What to Know
- A Philly health campaign linking sugary snacks and childhood obesity to diabetes has sparked controversy.
- A health expert says the campaign doesn't specify the difference between Type 2 and Type 1 diabetes, which is not linked to eating sugar.
- The Philadelphia Dept. of Health apologized and said they would specify that the campaign is about Type 2 diabetes.
A local health campaign on childhood obesity has sparked controversy due to what some parents have called a false and insulting message regarding diabetes.
The campaign from Food Fit Philly features social media videos and billboards, one of which is located just off the Schuylkill Expressway near the Walt Whitman Bridge, warning parents about the dangers of sugary snacks for children. It shows a picture of a child eating a snack and a person injecting insulin in their belly with the message, “Today’s after school snack could be tomorrow's diabetes.”
The campaign led to outrage from several parents who reached out to NBC10.
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“They have just opened up a war against Type 1 diabetic children,” one person wrote. “Do you know how dangerous this type of advertising is, millions of children now are open to public ridicule, bullying, depression and anxiety especially for teens and newly dxd. They have just opened up a class action lawsuit, the depression and death and suicide rate is high already.”
Patricia Zebertavage, the mother of a 3-year-old boy with Type 1 diabetes, told NBC10 the ad campaign is shaming those with diseases.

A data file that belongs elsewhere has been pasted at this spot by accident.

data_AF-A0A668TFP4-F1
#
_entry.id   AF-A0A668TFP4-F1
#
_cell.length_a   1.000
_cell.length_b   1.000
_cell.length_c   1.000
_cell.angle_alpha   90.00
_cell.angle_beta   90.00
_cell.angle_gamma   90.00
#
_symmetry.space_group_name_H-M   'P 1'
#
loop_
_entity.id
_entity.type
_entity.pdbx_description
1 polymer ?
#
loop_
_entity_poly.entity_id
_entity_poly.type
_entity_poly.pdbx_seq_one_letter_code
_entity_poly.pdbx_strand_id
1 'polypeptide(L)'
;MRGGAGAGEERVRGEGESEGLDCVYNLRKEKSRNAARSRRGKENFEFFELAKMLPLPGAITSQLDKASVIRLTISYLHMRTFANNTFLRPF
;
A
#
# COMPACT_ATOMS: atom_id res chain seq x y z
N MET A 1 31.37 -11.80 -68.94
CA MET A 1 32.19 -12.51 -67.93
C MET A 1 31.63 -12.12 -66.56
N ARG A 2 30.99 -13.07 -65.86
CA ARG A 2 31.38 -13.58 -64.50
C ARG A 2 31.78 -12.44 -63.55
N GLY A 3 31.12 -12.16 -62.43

“I think that the message is meant to shock and scare and I think it’s really bullying,” she said. “My son’s disease is an autoimmune disease. His body attacked itself. His pancreas no longer produces insulin. So he has a major organ failure.”
Dr. Rob Danoff of Jefferson Health told NBC10 the city’s campaign doesn’t address the important difference between Type 1 and Type 2 diabetes.
“Type 1 diabetes has a totally different cause than Type 2 which has to do with food and being overweight and inactive,” he said.
A spokesperson for the Philadelphia Department of Public Health apologized for “any hurt” that the campaign caused. He also stated that the campaign was focused on Type 2 diabetes rather than Type 1.
“Given that 17% of children in Philadelphia today are overweight and 22% are obese, which is a sign that they are already at risk for developing Type 2 diabetes, we felt that something had to be done,” the spokesperson wrote.
The spokesperson said that the campaign was intended to make parents aware that the path to Type 2 diabetes can start at a young age. He also acknowledged that Type 1 diabetes is not caused by obesity.
“Because of the confusion between Type 1 and Type 2 diabetes in this ad campaign, we have changed the language being used in our online messaging to highlight that this is about Type 2 diabetes,” the spokesperson wrote. “And we’re working to see if it’s possible to make a similar change on the billboards.”